Would you believe that your body composition and weight goals are determined almost entirely by your diet? That’s why macronutrient ratios are so important to understand. I’m going to provide some baseline numbers of protein that you want to be hitting consistently every day for bodily function. Carbohydrates will be determined based on your goals and activity levels, and fat will fill in the gaps.
How much protein should I consume each day on a paleo diet?
With various sources telling us how much protein we need each day, there is a little bit of information to wade through to get to an answer. An extensive article by Bayesian Bodybuilding reviewed several articles from 1988 on to come up with a fairly consistent answer that the body does not benefit past 0.82g of protein per pound of weight, and this number already includes a buffer from the bare amount needed for optimal muscle building, repair and recovery. Does that mean you shouldn’t eat more protein than that? No of course not, foods containing good quality protein can always be consumed, excess protein will be converted to energy in the body.
A highlight from one of the studies examined bodybuilders training over one hour each day, for six days a week and found that 0.75g/lb is the highest intake at which body composition benefits could occur.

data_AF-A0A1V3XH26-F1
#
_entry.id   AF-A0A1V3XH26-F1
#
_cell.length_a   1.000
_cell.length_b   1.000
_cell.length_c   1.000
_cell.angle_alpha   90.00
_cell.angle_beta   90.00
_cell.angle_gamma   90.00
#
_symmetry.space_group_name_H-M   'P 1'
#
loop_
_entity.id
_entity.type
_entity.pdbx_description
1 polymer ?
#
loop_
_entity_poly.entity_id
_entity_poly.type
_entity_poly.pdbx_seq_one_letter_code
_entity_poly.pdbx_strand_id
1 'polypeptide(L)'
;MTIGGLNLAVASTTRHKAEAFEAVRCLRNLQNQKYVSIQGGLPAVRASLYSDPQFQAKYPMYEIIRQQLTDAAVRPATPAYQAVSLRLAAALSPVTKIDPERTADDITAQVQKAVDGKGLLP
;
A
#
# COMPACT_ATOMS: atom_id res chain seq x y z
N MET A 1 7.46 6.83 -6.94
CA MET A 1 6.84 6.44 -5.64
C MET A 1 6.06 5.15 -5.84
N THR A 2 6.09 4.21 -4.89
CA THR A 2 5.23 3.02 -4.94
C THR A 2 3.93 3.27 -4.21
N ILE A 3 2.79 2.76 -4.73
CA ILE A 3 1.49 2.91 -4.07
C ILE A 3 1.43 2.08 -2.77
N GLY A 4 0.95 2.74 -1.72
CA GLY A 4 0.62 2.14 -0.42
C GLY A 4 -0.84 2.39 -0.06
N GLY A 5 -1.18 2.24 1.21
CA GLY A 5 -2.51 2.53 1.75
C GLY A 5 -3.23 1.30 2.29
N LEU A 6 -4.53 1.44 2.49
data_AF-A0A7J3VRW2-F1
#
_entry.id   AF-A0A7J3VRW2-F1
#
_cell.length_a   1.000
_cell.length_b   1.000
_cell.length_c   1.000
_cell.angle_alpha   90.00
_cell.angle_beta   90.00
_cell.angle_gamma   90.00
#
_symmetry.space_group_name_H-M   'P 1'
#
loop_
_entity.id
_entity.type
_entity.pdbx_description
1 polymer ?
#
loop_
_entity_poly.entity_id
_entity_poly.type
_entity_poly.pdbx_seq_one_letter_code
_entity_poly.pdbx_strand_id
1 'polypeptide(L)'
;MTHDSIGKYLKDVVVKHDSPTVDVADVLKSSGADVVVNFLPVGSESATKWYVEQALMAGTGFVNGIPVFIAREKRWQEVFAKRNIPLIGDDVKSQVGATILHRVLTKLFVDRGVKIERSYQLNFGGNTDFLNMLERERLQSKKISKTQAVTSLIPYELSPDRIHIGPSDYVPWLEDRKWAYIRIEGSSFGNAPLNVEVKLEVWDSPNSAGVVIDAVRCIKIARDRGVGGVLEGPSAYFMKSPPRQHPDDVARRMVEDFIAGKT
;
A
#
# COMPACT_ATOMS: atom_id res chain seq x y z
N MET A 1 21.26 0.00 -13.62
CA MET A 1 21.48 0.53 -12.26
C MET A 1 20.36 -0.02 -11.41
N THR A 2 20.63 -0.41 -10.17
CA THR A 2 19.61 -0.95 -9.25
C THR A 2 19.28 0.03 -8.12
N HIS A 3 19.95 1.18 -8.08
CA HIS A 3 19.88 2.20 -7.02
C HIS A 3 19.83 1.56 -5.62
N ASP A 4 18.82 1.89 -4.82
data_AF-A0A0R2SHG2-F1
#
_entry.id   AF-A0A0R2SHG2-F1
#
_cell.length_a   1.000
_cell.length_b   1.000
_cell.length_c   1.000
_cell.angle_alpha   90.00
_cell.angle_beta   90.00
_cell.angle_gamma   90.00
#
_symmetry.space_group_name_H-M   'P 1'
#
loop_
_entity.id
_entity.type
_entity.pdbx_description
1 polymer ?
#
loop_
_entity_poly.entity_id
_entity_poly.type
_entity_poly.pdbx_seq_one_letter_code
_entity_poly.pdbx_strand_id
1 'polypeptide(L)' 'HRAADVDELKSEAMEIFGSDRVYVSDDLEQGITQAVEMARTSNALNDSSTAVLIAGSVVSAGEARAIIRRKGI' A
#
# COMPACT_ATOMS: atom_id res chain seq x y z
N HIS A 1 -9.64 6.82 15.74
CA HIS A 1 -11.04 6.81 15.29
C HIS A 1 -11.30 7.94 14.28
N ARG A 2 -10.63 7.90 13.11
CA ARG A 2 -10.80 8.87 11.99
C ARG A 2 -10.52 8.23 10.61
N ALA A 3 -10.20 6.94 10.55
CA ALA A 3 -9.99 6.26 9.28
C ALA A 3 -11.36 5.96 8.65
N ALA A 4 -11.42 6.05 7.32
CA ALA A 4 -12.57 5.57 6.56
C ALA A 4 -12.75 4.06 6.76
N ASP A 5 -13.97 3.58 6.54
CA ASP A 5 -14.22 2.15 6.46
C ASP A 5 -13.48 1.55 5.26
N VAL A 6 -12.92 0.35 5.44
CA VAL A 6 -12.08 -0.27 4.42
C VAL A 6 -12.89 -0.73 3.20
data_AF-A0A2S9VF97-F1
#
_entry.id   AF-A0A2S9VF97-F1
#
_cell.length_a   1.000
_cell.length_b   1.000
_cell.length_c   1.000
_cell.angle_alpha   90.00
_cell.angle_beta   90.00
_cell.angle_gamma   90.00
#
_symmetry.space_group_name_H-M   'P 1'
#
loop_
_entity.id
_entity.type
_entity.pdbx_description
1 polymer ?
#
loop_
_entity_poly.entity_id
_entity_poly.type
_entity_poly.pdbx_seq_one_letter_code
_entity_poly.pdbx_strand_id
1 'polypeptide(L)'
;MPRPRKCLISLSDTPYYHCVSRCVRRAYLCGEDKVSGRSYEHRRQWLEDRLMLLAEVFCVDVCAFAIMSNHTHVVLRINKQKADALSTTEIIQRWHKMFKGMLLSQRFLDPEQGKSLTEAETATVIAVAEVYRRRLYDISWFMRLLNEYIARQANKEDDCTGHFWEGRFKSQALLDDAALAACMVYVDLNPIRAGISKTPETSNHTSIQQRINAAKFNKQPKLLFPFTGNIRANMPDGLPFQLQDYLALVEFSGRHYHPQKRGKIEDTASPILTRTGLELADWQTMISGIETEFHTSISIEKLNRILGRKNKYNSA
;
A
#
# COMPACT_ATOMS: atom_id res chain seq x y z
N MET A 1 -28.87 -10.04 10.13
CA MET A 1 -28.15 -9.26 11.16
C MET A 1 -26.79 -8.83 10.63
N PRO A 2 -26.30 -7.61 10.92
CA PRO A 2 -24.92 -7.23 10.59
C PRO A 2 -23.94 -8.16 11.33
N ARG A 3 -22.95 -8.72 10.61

So use this information to your benefit, a lot of knowledgeable people will say 1g/lb of weight, or 1g/lb of lean body mass, and we can see where these numbers came from. With all of the studies posting numbers like 0.82g/lb or 0.75g/lb it’s easy to round up to 1g/lb and call it a day. Another benefit of consuming protein at 1g/lb is the thermogenic effect of protein when consumed. This is beyond the scope of this post, but basically a calorie of protein takes more energy from the body to digest than calories from carbohydrate and fat. Increased protein consumption has been linked to greater feelings of satiety and increased fat loss.
How many carbohydrates should I eat on a paleo diet?
Carbohydrates are going to be the one macronutrient where your intake will vary from person to person for a good reason: your weight goals. Mark Sisson’s carbohydrate recommendations are as follows, he state that carbohydrate intake levels are often the biggest factor in weight loss and prevention of widespread health problems.